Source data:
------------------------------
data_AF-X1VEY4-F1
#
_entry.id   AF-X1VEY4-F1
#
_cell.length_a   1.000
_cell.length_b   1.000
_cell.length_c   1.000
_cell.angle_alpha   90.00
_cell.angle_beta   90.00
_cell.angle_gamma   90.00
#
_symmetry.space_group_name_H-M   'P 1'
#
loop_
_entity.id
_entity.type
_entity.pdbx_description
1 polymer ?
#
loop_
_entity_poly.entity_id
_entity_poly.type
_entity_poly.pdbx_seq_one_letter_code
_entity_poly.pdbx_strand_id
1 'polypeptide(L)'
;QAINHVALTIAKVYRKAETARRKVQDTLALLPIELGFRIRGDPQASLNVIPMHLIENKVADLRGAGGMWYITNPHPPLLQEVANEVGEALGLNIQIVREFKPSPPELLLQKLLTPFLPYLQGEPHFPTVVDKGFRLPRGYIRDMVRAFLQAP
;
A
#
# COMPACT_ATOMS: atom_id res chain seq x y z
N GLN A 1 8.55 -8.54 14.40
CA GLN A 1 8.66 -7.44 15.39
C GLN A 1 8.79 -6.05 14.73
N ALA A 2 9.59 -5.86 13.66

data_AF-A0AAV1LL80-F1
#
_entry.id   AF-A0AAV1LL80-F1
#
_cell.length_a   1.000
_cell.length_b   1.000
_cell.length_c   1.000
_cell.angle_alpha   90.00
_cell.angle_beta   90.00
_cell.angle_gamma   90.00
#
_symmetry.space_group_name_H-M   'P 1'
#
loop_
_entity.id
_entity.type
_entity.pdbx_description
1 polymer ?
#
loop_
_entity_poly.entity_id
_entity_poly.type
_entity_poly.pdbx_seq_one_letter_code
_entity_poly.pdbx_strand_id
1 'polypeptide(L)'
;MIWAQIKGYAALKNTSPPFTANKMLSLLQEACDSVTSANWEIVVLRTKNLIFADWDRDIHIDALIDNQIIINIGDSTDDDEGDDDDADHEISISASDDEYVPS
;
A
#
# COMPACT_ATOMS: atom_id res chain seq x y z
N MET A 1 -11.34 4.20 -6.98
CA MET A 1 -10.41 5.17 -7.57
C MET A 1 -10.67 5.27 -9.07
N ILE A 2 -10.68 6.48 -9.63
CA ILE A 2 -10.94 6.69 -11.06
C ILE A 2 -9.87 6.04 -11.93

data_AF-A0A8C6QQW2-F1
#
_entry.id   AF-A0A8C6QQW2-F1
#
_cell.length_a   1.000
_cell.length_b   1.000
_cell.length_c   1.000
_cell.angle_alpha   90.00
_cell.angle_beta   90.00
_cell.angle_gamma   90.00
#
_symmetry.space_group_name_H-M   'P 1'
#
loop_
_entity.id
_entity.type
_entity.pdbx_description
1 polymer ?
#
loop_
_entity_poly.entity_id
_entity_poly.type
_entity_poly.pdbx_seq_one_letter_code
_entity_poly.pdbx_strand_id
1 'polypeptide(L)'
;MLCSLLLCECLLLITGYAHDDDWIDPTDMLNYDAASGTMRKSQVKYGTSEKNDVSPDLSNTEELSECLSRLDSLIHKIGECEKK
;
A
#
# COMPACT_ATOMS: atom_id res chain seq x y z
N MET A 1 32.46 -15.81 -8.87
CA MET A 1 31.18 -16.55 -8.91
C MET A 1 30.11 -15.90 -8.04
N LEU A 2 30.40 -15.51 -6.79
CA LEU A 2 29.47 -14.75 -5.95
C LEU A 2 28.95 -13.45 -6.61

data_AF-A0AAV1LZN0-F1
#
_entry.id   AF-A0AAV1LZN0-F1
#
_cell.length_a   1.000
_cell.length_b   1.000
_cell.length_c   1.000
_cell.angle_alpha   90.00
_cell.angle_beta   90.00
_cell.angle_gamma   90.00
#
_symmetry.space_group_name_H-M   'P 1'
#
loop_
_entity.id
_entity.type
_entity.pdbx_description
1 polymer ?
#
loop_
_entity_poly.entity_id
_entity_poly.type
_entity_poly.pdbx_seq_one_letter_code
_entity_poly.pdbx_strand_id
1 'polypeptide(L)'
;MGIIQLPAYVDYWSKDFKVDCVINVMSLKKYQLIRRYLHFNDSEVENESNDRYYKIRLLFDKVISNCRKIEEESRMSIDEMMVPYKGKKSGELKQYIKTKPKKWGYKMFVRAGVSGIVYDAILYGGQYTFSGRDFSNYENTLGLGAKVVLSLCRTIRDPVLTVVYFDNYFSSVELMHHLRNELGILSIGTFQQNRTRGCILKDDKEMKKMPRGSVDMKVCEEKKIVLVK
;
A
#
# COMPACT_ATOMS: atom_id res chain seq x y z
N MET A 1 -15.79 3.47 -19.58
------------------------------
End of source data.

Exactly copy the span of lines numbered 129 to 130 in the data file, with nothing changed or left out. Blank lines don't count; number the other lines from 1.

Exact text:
_entity_poly.pdbx_seq_one_letter_code
_entity_poly.pdbx_strand_id